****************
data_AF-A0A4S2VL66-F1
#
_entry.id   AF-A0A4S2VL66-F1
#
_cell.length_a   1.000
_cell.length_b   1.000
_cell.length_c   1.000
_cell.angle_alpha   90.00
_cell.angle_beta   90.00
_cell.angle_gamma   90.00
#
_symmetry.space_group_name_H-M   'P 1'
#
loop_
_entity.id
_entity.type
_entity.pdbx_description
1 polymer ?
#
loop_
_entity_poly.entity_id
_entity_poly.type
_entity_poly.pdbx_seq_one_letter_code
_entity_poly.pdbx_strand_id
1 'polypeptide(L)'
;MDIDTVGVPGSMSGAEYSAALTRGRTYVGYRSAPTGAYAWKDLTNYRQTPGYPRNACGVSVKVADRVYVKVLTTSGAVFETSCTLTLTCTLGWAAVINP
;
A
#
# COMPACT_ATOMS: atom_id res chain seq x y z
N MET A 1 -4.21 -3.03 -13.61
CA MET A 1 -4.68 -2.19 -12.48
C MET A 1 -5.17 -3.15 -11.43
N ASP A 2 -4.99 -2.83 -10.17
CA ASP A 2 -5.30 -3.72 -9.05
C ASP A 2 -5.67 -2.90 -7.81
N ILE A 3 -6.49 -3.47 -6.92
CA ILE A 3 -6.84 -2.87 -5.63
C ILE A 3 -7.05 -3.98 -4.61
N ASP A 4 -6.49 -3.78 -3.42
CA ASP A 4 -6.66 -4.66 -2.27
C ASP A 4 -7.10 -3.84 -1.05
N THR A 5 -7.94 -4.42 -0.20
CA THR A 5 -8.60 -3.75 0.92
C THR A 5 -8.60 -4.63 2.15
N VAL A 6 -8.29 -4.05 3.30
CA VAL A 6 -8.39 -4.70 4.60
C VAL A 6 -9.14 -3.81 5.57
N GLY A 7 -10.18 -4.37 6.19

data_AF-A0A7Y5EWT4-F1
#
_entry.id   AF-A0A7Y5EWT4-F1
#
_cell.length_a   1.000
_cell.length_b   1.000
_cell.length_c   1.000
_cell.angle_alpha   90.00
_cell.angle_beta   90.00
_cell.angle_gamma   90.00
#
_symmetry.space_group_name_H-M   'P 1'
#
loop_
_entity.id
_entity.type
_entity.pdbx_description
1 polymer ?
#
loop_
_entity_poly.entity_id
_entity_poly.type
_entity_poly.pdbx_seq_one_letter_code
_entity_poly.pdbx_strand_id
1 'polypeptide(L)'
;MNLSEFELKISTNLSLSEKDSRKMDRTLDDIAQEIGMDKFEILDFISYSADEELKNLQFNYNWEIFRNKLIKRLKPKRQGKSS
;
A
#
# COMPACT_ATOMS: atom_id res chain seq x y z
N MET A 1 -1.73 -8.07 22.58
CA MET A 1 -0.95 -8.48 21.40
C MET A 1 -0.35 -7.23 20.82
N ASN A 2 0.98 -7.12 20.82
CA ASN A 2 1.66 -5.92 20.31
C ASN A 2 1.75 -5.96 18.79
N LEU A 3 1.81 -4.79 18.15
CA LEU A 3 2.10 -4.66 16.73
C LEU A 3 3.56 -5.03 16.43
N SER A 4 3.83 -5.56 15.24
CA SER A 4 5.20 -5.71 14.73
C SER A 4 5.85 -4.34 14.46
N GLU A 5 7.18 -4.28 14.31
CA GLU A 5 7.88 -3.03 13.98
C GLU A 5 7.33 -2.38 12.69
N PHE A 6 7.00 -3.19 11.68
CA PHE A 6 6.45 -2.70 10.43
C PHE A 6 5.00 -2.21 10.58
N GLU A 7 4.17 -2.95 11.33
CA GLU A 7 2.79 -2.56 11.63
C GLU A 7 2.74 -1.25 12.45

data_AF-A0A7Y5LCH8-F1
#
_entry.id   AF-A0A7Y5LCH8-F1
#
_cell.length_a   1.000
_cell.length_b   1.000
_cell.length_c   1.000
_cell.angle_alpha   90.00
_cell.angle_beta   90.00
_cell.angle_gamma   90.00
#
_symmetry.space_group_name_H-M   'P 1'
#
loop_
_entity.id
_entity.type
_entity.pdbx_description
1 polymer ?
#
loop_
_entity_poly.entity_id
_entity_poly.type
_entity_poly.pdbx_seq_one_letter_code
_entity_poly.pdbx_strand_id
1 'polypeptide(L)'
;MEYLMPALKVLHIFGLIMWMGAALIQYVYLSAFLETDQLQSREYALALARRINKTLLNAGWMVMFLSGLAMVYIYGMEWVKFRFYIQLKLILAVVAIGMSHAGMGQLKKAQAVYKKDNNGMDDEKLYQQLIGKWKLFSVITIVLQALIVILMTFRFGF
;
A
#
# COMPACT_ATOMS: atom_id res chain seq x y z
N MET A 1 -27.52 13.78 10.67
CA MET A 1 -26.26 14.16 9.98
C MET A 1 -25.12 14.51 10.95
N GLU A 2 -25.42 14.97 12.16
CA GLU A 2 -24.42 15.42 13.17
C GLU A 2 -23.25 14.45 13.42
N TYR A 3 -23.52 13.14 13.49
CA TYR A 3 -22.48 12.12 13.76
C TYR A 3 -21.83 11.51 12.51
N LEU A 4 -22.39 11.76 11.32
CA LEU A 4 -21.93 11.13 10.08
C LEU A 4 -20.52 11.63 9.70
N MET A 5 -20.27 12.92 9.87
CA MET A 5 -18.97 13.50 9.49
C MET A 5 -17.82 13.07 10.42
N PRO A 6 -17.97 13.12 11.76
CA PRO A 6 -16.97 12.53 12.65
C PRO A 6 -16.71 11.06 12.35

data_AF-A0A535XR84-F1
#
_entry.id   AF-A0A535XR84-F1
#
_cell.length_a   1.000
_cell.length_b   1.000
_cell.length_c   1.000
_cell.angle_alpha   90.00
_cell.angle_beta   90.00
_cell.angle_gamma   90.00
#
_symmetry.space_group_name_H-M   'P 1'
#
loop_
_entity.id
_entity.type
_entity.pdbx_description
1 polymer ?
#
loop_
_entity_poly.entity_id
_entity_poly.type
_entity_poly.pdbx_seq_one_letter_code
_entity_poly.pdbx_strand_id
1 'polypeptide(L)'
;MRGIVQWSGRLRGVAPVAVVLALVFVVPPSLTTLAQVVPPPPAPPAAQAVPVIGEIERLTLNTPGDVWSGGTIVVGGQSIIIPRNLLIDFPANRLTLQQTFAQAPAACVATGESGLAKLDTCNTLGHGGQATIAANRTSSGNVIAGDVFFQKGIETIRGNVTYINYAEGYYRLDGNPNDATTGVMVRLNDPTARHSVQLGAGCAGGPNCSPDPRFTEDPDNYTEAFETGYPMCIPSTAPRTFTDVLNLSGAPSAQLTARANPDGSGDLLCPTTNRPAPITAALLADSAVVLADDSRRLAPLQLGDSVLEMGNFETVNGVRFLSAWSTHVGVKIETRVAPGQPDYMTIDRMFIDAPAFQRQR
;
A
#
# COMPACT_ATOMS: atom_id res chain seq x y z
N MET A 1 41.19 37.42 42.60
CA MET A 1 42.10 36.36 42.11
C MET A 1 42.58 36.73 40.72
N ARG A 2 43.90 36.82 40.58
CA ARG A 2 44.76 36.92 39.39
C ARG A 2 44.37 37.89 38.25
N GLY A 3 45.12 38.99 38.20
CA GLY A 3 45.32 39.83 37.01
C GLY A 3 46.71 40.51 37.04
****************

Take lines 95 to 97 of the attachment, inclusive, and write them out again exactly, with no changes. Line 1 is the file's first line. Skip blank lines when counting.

N PHE A 6 7.00 -3.19 11.68
CA PHE A 6 6.45 -2.70 10.43
C PHE A 6 5.00 -2.21 10.58